It certainly would have been very boring, but logic dictates that’s what the drivers should have done in order to still be racing at the finish.
Instead, the drivers got all crazy over the end of Stage 1 and took out a bunch of great cars. Then more wild moves finally bit them just after the halfway point.
“It looked like everybody thought that was the finish of the Daytona 500 and it was really only lap 59 coming to 60,” Jimmie Johnson said of the first incident. “… I’m not sure everybody was thinking big picture and really using their head through that.”
I’m sure they weren’t. But I can’t really figure out why. Drivers had privately predicted a single-file race, perhaps even with several groups of six-to-12 car lines spread across the track. Then they would all go hard for the win at the end.
Instead, it seemed like the opposite happened in the first two stages. It was weird. Super entertaining, but weird.
Perhaps the start of a new season left everyone too antsy to use the patience required to make it to the finish, or maybe racers just can’t help themselves from racing hard — even when it’s not necessary at the time.
5. Underdogs shine
Speaking of those who patiently bided their time and made it to the finish, there were some surprise names who had solid results after others wrecked out.
Chris Buescher previously had only one top-10 finish at a restrictor-plate track in nine starts, but he finished fifth on Sunday.
Michael McDowell finished ninth to record his sixth career top-10 finish — five of which have come at Daytona.
Justin Marks had a surprising run in his first career Cup race at Daytona and finished 12th despite being one lap down.
Also, David Gilliland made his first Cup Series start since 2016 — and recorded a 14th-place finish, his first top-15 since the 2015 Daytona 500.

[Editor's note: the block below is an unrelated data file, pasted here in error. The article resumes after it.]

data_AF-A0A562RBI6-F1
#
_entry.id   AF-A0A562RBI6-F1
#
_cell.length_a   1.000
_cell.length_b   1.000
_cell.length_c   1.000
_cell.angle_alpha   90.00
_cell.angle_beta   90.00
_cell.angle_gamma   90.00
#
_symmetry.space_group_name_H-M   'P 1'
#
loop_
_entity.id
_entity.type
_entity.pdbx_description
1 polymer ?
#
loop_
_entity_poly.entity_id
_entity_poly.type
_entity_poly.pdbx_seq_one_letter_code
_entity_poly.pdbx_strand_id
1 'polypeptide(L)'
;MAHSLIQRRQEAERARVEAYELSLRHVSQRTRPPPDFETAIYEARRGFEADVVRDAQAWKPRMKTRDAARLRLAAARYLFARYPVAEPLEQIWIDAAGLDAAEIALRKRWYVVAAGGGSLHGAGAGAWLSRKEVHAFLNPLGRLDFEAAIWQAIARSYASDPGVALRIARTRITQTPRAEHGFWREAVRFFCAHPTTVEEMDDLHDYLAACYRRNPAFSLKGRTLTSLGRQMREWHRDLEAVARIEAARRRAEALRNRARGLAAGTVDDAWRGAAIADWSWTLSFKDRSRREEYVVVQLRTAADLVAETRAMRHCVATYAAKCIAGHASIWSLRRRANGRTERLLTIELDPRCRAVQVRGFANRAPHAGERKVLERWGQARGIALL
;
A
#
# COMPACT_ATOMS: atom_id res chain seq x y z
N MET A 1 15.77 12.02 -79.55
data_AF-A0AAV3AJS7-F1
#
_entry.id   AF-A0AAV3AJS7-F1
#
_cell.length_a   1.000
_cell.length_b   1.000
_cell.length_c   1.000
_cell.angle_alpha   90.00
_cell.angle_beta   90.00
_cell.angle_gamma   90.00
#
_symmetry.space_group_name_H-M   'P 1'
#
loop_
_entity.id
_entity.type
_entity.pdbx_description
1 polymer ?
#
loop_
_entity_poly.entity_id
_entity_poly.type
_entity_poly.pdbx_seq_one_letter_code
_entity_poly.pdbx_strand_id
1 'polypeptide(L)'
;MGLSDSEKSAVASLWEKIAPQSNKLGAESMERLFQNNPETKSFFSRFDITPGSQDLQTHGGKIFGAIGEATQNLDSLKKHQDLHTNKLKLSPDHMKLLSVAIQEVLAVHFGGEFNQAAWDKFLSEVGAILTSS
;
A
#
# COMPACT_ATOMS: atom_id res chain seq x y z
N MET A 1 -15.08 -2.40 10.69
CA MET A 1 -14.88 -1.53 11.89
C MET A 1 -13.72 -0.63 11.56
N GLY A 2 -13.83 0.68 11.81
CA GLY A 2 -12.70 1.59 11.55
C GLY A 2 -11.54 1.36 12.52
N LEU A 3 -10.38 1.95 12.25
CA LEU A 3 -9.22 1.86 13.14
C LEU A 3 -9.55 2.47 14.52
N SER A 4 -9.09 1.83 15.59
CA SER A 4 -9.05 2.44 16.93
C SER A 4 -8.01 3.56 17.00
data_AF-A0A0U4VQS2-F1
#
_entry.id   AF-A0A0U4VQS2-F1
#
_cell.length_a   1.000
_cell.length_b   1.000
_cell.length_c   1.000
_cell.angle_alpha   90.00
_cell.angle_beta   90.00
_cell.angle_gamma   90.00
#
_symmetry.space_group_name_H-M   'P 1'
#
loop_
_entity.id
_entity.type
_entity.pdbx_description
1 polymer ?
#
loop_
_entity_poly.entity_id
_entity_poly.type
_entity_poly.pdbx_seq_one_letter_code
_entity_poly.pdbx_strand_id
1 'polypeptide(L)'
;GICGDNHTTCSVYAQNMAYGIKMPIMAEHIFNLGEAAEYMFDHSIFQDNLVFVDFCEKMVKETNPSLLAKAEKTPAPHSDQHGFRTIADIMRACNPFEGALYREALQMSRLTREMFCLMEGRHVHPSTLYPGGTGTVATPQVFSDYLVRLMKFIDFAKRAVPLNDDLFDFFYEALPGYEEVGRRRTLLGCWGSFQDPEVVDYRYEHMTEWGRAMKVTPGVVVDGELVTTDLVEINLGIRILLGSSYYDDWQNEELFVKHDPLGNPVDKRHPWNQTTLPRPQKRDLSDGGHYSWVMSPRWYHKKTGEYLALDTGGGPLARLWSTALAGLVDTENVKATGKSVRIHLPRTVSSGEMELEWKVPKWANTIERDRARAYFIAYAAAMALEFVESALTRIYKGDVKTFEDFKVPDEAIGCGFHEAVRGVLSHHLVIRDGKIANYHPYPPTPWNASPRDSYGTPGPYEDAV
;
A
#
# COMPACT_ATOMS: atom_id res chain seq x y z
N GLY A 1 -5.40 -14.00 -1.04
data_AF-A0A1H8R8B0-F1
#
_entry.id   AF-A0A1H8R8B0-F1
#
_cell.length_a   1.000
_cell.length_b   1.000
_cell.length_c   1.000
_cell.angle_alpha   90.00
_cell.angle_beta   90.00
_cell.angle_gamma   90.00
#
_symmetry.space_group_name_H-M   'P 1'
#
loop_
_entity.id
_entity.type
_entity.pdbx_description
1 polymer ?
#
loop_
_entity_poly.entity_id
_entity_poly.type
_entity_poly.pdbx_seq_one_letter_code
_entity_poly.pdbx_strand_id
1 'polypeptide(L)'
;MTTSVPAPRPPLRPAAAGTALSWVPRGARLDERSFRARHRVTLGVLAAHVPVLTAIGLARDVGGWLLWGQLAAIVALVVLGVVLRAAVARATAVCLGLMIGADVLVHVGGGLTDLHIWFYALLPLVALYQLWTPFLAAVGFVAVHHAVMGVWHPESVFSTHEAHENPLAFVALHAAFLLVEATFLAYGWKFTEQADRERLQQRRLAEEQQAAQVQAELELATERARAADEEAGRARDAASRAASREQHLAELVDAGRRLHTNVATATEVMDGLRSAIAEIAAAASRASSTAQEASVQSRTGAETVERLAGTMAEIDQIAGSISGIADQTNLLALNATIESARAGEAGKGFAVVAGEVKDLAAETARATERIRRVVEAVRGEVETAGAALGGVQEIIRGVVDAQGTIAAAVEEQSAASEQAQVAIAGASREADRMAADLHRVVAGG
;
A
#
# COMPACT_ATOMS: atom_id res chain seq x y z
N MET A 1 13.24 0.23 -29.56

And finally, despite all the drama and questions about whether it could even get the car on the track, BK Racing got a 20th-place finish with Gray Gaulding. Not a bad day for a team that just filed for bankruptcy protection.
Aric Almirola was a half-lap from winning the Daytona 500 in his first race with new team Stewart-Haas Racing — that is, until Austin Dillon turned him while battling for the lead.
So was Almirola pissed at Dillon for driving through him? Was Dillon being too aggressive?
Almirola let out a “Ha!” when I asked, as if that was a ridiculous question.
“He’s not driving too aggressively, he’s trying to win the Daytona 500 — just like I was,” Almirola said. “I saw him come with the momentum and I pulled up to block and did exactly what I needed to do to try and win the Daytona 500. I wasn’t going to just let him have it.
“I wasn’t going to stay on the bottom and let him rail the outside, so I blocked, and he got to my bumper and pushed. I thought I was still going to be OK, and somehow I got hooked. I’m just devastated.”
Almirola said if it was Lap 5 of the race, “I probably wouldn’t have pulled that block.”
“But it was the last lap of the Daytona 500, and I was doing everything I could to try and win,” he added.
Almirola was still managing to smile because he feels like he’ll have a chance to win other races this season now that he’s with SHR.
Tony Stewart came into the infield care center and gave Almirola a big hug. He told the driver: “The good news is, we have a lot more of this (running well) to look forward to.”
“This is just one race,” Almirola said. “This is might be the biggest race, and this is going to hurt for awhile. But next week, I think we’ll have another shot.”
NASCAR chairman and CEO Brian France opened the Daytona 500 drivers meeting on Sunday with some remarks.
Here is a transcript of his comments:
“Another amazing event. Weather is perfect. We are so excited to kick our NASCAR Monster season off in a big way. Looking forward to a great event. So thankful everybody is here today and we’re going to do this in a big way. Thanks, guys, and look forward to an unbelievable Daytona 500 today. You bet.”